Teaser Thursday- Opening Up

(From a previously-published novel, now out of print.)

I stood by the gym door, leaning against the wall, while I watched the basketball game. It was halftime, if that’s what they call it in basketball, and the cheerleaders in their little skirts were doing their routine out in the middle of the floor, dancing and throwing each other up in the air. Watching them probably should have gotten me all heated up or something, but it didn’t.

Seeing the guys in their basketball uniforms, including the shirts which left their muscled arms bare, was a different story.

That was a problem for a sixteen-year-old guy. I shouldn’t have been interested in other guys, except for the part where they knocked down the other team and won the game for our school. I was supposed to follow girls around like my friend Isaac did, drooling over them and trying to score dates, or moaning and complaining about them like my nephew Jamey had done up until a couple weeks ago.

Yeah, nephew. He’s the same age as me, a couple weeks older, in fact. Part of the weirdness of our family. I kind of hoped he’d start complaining and moaning about girls again soon. He’d stopped when his ex-girlfriend committed suicide right before Thanksgiving.

Most of the guys I knew had girlfriends or at least went on dates. Some of them didn’t leave much to the imagination when they talked about what they did on the dates. I always kind of nodded and pretended I cared about the conversations. Really, I didn’t want to hear about who did who.

The cheerleaders finished their routine, and the people in the bleachers clapped and cheered. A couple of cheers weren’t exactly rated G. Those came from the other team’s players, probably trying to intimidate our team by hitting on our girls.

The teams took the court again, and my attention immediately went to the guys. I had to be really careful about watching them. If any of them figured out I wasn’t solely interested in the game, it wouldn’t be good. The last thing I needed was to be called a queer or worse every time I went into the locker room, like this one sophomore guy I knew.

I wasn’t stupid, and I wasn’t prejudiced. If guys liked other guys, no problem. It only became a problem when I started thinking I might like other guys. I should have been into sports and girls like my friends. That was what they and my parents seemed to expect. Instead, I worked stage crews for the school plays, belonged to the drama club, and tried to pretend I didn’t like watching athletes in their uniforms trotting around the field, or court, or diamond, depending on what season it was.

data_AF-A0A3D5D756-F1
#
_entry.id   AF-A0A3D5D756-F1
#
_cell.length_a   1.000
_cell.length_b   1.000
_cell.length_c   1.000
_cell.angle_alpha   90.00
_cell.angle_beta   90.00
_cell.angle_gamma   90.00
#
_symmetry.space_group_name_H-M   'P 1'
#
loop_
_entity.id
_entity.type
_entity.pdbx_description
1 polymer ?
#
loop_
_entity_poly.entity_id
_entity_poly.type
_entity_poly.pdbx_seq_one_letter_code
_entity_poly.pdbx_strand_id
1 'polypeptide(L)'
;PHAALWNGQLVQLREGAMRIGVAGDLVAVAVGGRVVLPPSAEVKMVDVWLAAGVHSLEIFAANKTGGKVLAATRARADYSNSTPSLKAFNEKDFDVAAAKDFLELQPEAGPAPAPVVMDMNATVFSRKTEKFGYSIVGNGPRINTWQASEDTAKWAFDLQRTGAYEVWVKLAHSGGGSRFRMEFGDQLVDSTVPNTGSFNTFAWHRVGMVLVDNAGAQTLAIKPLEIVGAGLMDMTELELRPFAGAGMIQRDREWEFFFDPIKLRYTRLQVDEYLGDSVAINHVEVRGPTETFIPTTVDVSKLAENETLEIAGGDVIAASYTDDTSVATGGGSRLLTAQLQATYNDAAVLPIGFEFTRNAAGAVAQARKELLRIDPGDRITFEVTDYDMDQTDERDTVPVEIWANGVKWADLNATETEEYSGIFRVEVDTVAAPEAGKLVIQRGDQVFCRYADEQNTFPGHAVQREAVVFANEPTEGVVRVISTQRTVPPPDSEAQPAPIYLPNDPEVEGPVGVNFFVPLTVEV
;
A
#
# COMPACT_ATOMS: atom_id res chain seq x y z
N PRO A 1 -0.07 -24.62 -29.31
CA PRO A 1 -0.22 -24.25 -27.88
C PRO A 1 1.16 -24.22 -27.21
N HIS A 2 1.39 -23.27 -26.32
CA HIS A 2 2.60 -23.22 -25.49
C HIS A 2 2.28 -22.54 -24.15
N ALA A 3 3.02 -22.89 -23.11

“Hey, V.J.” Jamey was suddenly standing beside me.

I jumped about fifty feet straight up. I hadn’t heard him walking down the corridor behind me. If he’d noticed my eyes were glued to the basketball players, he would ask a bunch of questions I really couldn’t answer. He’d already started asking me why I didn’t go on dates and had tried to fix me up with a few girls in the past couple of years.

I took a deep breath and shoved my hands in my jacket pockets. “Hey,” I said, trying to sound casual.

“How’s it going?” He nodded toward the court.

I shrugged. “They’re not so great. Isaac’s doing pretty well, though.”

“Yeah, he’s a jock.” Jamey grinned. “Why are you standing over here by yourself? Bliss, Kayla, and a couple of the other girls are in the bleachers. You could have sat with them.”

“I wasn’t really into the idea of listening to them gossip.” I didn’t think those girls liked me much, anyway. Kayla definitely didn’t. She made bitchy little comments every time she saw me, as long as she didn’t think Jamey would hear. Then again, Kayla made bitchy little comments to almost everyone.

“Yeah, I know what you mean.” He shrugged. “At least I don’t have to deal with that with Jebbi. She doesn’t talk behind people’s backs.”

“Why don’t you make it official with her? You’d both be happier.”

He shrugged. “She thinks it’s too soon after Tina.” A frown crossed his face. “So do I, to be honest. It’s only been a few weeks, and I’m still trying to make myself believe it wasn’t my fault she killed herself.”

“It wasn’t.”

“Yeah, I know.” He sounded like he wasn’t quite sure.